I’m not sure that I would attend that belly dance festival today. I’m as open to the physicality of the dance as I used to be, but I’m not sure if I’ve let go of all of the old judgment I felt for myself and my belly dance sisters for taking pleasure in a tradition that didn’t belong to us. But who would I be hurting if I did?

That weekend in Somerset, New Jersey, I learned how to use shoulder accents to punctuate a beat; exploded into laughter with my friends as I tried to pull off bouncing ‘earthquake’ shimmies, tripped on traveling steps, and snake-armed until my biceps were sore. I low-kicked one after another, played with tossing my head, then stepped back to watch more experienced dancers tilt and circle and loop their hips into infinities.


How do I explain the severity of a hard floor, how its refusal to receive your body can feel like a cold stranger, or worse, an angry, withdrawn lover? How do I explain the devastation over this disconnect, as though the floor were a living, rebuking being, and the relief of feeling your body finally sink against its surface only after a series of small, repetitive movements, a sacred offering of gestures? Ten light drags of the knuckles, ten flicks of each wrist and hand. Ten slow turns of the head, left to right and left again, all against that worn, blonde wood floor. Then, suddenly—assent. Euphoric gratitude.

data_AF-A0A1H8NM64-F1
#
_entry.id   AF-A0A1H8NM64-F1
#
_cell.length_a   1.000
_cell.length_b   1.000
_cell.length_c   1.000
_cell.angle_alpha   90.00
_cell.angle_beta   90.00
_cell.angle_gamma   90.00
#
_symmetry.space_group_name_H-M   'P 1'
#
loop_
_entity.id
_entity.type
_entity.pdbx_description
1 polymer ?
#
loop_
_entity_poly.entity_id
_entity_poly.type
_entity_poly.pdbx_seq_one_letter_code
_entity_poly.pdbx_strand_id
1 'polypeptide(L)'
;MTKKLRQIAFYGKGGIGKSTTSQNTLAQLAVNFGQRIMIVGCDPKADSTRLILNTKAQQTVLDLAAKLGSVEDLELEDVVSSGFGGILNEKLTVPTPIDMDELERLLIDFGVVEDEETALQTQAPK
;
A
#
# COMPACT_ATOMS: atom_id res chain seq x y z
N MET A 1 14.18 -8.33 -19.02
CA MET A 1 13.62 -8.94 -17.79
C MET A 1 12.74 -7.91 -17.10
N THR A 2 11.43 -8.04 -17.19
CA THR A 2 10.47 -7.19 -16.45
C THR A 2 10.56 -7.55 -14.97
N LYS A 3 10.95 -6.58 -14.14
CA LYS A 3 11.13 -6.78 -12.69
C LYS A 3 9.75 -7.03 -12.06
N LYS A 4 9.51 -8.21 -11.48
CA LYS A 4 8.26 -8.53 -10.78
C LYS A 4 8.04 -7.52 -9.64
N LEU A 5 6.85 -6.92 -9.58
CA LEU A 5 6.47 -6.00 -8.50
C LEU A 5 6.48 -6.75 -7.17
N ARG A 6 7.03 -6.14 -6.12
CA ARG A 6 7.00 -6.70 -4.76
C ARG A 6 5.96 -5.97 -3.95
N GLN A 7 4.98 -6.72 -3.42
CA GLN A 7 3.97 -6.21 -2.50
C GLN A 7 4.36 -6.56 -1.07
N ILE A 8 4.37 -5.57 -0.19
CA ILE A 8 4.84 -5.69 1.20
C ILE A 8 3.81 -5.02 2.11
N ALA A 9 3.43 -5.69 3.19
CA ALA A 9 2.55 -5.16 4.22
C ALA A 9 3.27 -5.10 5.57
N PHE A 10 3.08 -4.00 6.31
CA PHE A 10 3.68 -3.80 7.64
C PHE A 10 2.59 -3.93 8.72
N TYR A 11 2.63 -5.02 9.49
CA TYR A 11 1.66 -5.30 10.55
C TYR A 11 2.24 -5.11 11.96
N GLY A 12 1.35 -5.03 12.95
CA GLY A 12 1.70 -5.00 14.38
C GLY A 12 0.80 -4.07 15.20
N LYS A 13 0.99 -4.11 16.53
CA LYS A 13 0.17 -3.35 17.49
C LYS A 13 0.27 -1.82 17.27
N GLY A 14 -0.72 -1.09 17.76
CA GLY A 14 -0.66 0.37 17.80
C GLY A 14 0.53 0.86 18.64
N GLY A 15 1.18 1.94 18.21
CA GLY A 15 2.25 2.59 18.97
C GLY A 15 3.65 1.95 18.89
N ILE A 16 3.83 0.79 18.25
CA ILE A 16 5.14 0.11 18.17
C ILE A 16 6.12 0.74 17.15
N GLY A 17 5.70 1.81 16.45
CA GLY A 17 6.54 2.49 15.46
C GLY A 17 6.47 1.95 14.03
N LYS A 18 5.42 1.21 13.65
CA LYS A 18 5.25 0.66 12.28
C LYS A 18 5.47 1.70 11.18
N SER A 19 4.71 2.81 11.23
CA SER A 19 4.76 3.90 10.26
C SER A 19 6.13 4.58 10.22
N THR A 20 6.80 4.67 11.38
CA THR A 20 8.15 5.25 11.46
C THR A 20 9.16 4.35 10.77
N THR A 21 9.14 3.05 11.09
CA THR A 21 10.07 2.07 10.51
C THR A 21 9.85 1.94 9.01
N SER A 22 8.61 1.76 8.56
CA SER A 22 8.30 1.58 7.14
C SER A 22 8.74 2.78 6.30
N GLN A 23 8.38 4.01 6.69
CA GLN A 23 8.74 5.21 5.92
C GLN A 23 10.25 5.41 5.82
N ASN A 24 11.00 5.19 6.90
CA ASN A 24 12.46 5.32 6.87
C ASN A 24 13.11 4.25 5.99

It took that first year of college, of being both still and in motion, to make me feel like myself again while accepting I’d changed. Simultaneously I learned how to feel my own and other bodies through movement—simple and radical—and when I wasn’t dancing, I was in stasis.  Touching or being touched. Isn’t that what we’re trying to do?


Late one summer night before I’d left for college, I came into the living room to find my mother power walking on the treadmill. Soft flesh and hazy lighting filled the television screen. Laughing, I said, “Mom, what are you watching?”

Her frank act of watching porn—girl-on-girl, not a male phallus in sight—embarrassed me. But she was simply enjoying the female bodies. If I could do it over again I wouldn’t have laughed. It shouldn’t have surprised me; my mother used to watch the Spanish soaps on Telemundo for those glamorous actresses with full lips and big hair though she understood nothing they said. She didn’t need to understand; she watched for their beauty. I envy my mother’s freedom to ignore story. I’m mostly so locked into words that physical communication—not of mind or mouth—is hugely affecting and appealing.

At art exhibitions I tend to read curatorial statements and wall texts before looking at artworks. I’ll catch myself relying on the descriptions to understand the art, rather than allowing myself to feel it before rationalizing. With dance I’m usually not thrown a lifeline for context. I’m driven to feel, not interpret. I wonder if my mother’s choice to forgo narrative is not so much a choice. Her lack of language skills pushes her to cultivate that appreciation of beauty, or pain, or fear without explanation or words.